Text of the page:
Published March 14, 2019 at 16:50
A pioneering Rossendale project that has helped 25 people back into work could become a blueprint for a Lancashire-wide scheme.
Plans are now being drawn up that could see Rossendale Works being replicated in other boroughs.
Employability Officer Paul Becouarn is employed by Active Lancashire and delivers the project on behalf of Rossendale Council.
“After just one year we now have 24 people in employment, 80 clients are engaged in activities, 20 people are now actively volunteering and 22 have been referred into sports with an external organisation.
“I didn’t expect this level of success. I had no idea how it was going to take off or how many relationships were going to be forged with local employers.”
Rossendale Council has confirmed it is continuing the project and Paul is now to become the manager. He already has volunteers who assist with delivery and hopes in the future to be taking on staff.
Describing Rossendale Works as ‘an absolutely brilliant project’, Leader of Rossendale Council Councillor Alyson Barnes said:
“What we are doing it helping people to get back on their feet and into work, training or sports.
“When someone has been unemployed for a period of time getting back into work is not as simple or straightforward as they would want it to be.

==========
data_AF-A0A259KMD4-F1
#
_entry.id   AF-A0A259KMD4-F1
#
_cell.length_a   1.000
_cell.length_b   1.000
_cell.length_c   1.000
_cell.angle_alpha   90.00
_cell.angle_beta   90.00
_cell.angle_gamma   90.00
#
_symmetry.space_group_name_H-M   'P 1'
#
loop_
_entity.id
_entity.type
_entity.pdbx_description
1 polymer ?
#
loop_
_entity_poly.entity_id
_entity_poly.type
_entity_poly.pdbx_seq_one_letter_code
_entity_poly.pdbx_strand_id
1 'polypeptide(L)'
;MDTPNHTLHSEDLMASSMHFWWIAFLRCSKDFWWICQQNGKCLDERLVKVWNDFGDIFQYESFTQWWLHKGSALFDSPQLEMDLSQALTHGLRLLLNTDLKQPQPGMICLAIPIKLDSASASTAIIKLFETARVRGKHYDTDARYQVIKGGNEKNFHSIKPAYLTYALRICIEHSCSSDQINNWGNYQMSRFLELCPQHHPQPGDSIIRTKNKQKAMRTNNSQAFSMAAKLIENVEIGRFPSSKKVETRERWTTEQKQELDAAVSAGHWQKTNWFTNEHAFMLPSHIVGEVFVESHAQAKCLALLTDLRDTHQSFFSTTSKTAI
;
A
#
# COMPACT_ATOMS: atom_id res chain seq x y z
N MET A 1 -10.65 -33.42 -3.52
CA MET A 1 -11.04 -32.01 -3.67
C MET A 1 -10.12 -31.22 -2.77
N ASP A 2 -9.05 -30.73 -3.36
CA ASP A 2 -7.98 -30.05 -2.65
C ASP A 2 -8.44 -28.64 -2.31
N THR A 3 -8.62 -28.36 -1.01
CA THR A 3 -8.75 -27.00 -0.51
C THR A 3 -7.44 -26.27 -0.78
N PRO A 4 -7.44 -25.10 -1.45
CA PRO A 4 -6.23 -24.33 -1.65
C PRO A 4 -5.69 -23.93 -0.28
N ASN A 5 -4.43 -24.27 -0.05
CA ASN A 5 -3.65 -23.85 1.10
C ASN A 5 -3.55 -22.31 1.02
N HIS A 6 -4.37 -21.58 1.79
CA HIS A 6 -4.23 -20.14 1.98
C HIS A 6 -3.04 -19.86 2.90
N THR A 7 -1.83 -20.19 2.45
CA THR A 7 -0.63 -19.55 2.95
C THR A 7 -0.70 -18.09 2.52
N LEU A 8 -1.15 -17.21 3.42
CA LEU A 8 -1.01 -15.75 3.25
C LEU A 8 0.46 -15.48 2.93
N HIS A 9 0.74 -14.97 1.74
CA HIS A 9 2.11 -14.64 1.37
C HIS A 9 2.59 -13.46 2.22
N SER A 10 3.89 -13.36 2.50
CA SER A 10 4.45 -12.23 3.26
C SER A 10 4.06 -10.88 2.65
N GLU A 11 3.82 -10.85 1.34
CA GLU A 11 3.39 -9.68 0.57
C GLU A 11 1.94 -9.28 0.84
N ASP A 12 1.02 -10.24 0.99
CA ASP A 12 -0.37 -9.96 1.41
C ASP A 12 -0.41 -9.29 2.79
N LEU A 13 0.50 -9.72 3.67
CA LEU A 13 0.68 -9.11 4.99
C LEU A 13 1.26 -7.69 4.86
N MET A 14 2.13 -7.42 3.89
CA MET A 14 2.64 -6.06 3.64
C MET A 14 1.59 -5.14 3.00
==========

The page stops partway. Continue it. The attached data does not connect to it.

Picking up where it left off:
“I am really pleased to see that Rossendale Council is leading the way and this will be a project that others will emulate.”
“The biggest reward for me is seeing individuals starting to provide for their families. This project brings families together and rebuilds lives from deprivation and hard times to job satisfaction. It is incredible.”
A number of partner agencies and clients who have benefited were invited to a celebration at the new Alpine Bistro at The Hill, the home of Ski Rossendale.
Active Lancashire Chief Executive Adrian Leather explained that the Rossendale scheme is being evaluated and the next step would be to launch it in East Lancashire.
“We want to get the support of the economic development teams across East Lancashire and we want these projects feed into the future industrial strategies for Lancashire and across the Northern Powerhouse.
“The impact that Paul is making has been impressive. He has such energy and commitment to help people who have fallen by the wayside; Paul needs the recognition and every area needs a Paul.”
The scheme works closely with the Jobcentre and Paul has had 190 referrals from the Department of Work and Pensions.
Partnership Manager from the DWP Frances Starkie said:
“We are looking to have a grants funded partnership through our flexible support fund to further develop what is currently in place and to build on the success of the last 12 months.”
She said as well as getting people off benefits and back into work, the project also boosted self confidence and self esteem.